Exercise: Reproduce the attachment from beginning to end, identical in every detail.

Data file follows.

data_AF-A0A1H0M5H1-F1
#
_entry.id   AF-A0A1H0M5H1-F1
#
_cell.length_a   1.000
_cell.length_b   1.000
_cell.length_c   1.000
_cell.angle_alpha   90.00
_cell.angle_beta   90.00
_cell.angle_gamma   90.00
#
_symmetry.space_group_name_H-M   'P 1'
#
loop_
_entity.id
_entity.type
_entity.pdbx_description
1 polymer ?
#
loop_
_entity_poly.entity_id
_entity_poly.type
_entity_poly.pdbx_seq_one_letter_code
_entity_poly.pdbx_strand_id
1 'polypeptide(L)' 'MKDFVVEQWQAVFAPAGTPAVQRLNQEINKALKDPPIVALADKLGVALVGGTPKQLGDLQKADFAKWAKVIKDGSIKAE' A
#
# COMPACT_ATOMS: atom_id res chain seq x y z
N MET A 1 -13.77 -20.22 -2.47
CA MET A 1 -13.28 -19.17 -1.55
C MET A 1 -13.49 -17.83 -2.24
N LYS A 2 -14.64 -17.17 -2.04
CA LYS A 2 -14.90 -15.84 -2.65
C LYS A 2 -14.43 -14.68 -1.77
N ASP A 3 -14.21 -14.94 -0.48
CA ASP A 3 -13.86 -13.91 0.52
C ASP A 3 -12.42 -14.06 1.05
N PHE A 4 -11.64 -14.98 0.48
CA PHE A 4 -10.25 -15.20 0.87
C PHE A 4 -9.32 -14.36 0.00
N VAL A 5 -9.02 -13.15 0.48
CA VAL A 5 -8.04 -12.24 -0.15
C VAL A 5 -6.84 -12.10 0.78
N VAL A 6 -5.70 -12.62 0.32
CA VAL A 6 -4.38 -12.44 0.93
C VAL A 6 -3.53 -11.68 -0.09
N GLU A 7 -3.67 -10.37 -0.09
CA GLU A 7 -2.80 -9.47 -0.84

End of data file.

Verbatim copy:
data_AF-A0A1H0M5H1-F1
#
_entry.id   AF-A0A1H0M5H1-F1
#
_cell.length_a   1.000
_cell.length_b   1.000
_cell.length_c   1.000
_cell.angle_alpha   90.00
_cell.angle_beta   90.00
_cell.angle_gamma   90.00
#
_symmetry.space_group_name_H-M   'P 1'
#
loop_
_entity.id
_entity.type
_entity.pdbx_description
1 polymer ?
#
loop_
_entity_poly.entity_id
_entity_poly.type
_entity_poly.pdbx_seq_one_letter_code
_entity_poly.pdbx_strand_id
1 'polypeptide(L)' 'MKDFVVEQWQAVFAPAGTPAVQRLNQEINKALKDPPIVALADKLGVALVGGTPKQLGDLQKADFAKWAKVIKDGSIKAE' A
#
# COMPACT_ATOMS: atom_id res chain seq x y z
N MET A 1 -13.77 -20.22 -2.47
CA MET A 1 -13.28 -19.17 -1.55
C MET A 1 -13.49 -17.83 -2.24
N LYS A 2 -14.64 -17.17 -2.04
CA LYS A 2 -14.90 -15.84 -2.65
C LYS A 2 -14.43 -14.68 -1.77
N ASP A 3 -14.21 -14.94 -0.48
CA ASP A 3 -13.86 -13.91 0.52
C ASP A 3 -12.42 -14.06 1.05
N PHE A 4 -11.64 -14.98 0.48
CA PHE A 4 -10.25 -15.20 0.87
C PHE A 4 -9.32 -14.36 0.00
N VAL A 5 -9.02 -13.15 0.48
CA VAL A 5 -8.04 -12.24 -0.15
C VAL A 5 -6.84 -12.10 0.78
N VAL A 6 -5.70 -12.62 0.32
CA VAL A 6 -4.38 -12.44 0.93
C VAL A 6 -3.53 -11.68 -0.09
N GLU A 7 -3.67 -10.37 -0.09
CA GLU A 7 -2.80 -9.47 -0.84